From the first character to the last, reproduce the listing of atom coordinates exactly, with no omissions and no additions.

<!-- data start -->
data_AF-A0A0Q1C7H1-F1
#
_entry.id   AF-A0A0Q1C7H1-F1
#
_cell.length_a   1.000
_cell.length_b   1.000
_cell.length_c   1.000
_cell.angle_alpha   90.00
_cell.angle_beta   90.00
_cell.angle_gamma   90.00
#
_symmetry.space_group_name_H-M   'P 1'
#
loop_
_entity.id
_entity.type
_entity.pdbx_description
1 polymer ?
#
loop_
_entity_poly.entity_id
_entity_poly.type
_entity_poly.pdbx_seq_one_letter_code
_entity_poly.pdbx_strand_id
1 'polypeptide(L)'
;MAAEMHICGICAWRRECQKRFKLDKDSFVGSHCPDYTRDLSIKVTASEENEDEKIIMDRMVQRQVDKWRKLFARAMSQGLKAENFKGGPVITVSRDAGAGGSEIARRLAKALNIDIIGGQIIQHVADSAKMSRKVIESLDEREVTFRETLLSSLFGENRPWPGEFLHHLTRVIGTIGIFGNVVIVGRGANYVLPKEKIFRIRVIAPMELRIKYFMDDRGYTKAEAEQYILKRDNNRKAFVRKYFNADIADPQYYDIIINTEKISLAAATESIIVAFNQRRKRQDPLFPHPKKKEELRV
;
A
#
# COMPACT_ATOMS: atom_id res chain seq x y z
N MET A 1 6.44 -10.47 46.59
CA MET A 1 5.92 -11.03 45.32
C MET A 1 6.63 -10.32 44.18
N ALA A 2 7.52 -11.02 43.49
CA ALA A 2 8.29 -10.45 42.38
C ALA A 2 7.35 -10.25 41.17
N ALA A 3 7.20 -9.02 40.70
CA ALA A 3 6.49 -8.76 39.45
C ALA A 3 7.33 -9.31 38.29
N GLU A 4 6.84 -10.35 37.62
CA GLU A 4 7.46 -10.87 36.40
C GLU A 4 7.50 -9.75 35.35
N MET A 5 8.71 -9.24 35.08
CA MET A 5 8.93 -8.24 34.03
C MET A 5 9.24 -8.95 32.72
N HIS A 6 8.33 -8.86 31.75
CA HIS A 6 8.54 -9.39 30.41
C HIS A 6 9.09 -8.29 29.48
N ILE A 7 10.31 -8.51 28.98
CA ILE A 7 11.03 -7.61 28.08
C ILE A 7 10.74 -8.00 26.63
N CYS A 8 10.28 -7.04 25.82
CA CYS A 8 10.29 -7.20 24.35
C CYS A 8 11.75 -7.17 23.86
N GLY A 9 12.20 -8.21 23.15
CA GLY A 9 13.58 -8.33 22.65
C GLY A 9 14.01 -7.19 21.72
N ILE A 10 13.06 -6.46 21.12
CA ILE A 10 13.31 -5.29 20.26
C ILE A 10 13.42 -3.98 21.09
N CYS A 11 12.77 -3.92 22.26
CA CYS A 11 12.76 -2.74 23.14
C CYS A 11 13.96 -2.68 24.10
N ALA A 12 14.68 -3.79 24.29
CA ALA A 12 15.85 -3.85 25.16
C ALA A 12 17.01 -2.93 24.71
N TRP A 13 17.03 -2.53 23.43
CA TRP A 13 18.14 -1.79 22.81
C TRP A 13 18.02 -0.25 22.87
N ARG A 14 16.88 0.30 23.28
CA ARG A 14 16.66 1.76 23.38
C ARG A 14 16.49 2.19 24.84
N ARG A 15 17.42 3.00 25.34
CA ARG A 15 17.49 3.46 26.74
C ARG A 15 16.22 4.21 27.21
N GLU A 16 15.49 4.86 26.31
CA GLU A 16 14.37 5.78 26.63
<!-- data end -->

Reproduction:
data_AF-A0A0Q1C7H1-F1
#
_entry.id   AF-A0A0Q1C7H1-F1
#
_cell.length_a   1.000
_cell.length_b   1.000
_cell.length_c   1.000
_cell.angle_alpha   90.00
_cell.angle_beta   90.00
_cell.angle_gamma   90.00
#
_symmetry.space_group_name_H-M   'P 1'
#
loop_
_entity.id
_entity.type
_entity.pdbx_description
1 polymer ?
#
loop_
_entity_poly.entity_id
_entity_poly.type
_entity_poly.pdbx_seq_one_letter_code
_entity_poly.pdbx_strand_id
1 'polypeptide(L)'
;MAAEMHICGICAWRRECQKRFKLDKDSFVGSHCPDYTRDLSIKVTASEENEDEKIIMDRMVQRQVDKWRKLFARAMSQGLKAENFKGGPVITVSRDAGAGGSEIARRLAKALNIDIIGGQIIQHVADSAKMSRKVIESLDEREVTFRETLLSSLFGENRPWPGEFLHHLTRVIGTIGIFGNVVIVGRGANYVLPKEKIFRIRVIAPMELRIKYFMDDRGYTKAEAEQYILKRDNNRKAFVRKYFNADIADPQYYDIIINTEKISLAAATESIIVAFNQRRKRQDPLFPHPKKKEELRV
;
A
#
# COMPACT_ATOMS: atom_id res chain seq x y z
N MET A 1 6.44 -10.47 46.59
CA MET A 1 5.92 -11.03 45.32
C MET A 1 6.63 -10.32 44.18
N ALA A 2 7.52 -11.02 43.49
CA ALA A 2 8.29 -10.45 42.38
C ALA A 2 7.35 -10.25 41.17
N ALA A 3 7.20 -9.02 40.70
CA ALA A 3 6.49 -8.76 39.45
C ALA A 3 7.33 -9.31 38.29
N GLU A 4 6.84 -10.35 37.62
CA GLU A 4 7.46 -10.87 36.40
C GLU A 4 7.50 -9.75 35.35
N MET A 5 8.71 -9.24 35.08
CA MET A 5 8.93 -8.24 34.03
C MET A 5 9.24 -8.95 32.72
N HIS A 6 8.33 -8.86 31.75
CA HIS A 6 8.54 -9.39 30.41
C HIS A 6 9.09 -8.29 29.48
N ILE A 7 10.31 -8.51 28.98
CA ILE A 7 11.03 -7.61 28.08
C ILE A 7 10.74 -8.00 26.63
N CYS A 8 10.28 -7.04 25.82
CA CYS A 8 10.29 -7.20 24.35
C CYS A 8 11.75 -7.17 23.86
N GLY A 9 12.20 -8.21 23.15
CA GLY A 9 13.58 -8.33 22.65
C GLY A 9 14.01 -7.19 21.72
N ILE A 10 13.06 -6.46 21.12
CA ILE A 10 13.31 -5.29 20.26
C ILE A 10 13.42 -3.98 21.09
N CYS A 11 12.77 -3.92 22.26
CA CYS A 11 12.76 -2.74 23.14
C CYS A 11 13.96 -2.68 24.10
N ALA A 12 14.68 -3.79 24.29
CA ALA A 12 15.85 -3.85 25.16
C ALA A 12 17.01 -2.93 24.71
N TRP A 13 17.03 -2.53 23.43
CA TRP A 13 18.14 -1.79 22.81
C TRP A 13 18.02 -0.25 22.87
N ARG A 14 16.88 0.30 23.28
CA ARG A 14 16.66 1.76 23.38
C ARG A 14 16.49 2.19 24.84
N ARG A 15 17.42 3.00 25.34
CA ARG A 15 17.49 3.46 26.74
C ARG A 15 16.22 4.21 27.21
N GLU A 16 15.49 4.86 26.31
CA GLU A 16 14.37 5.78 26.63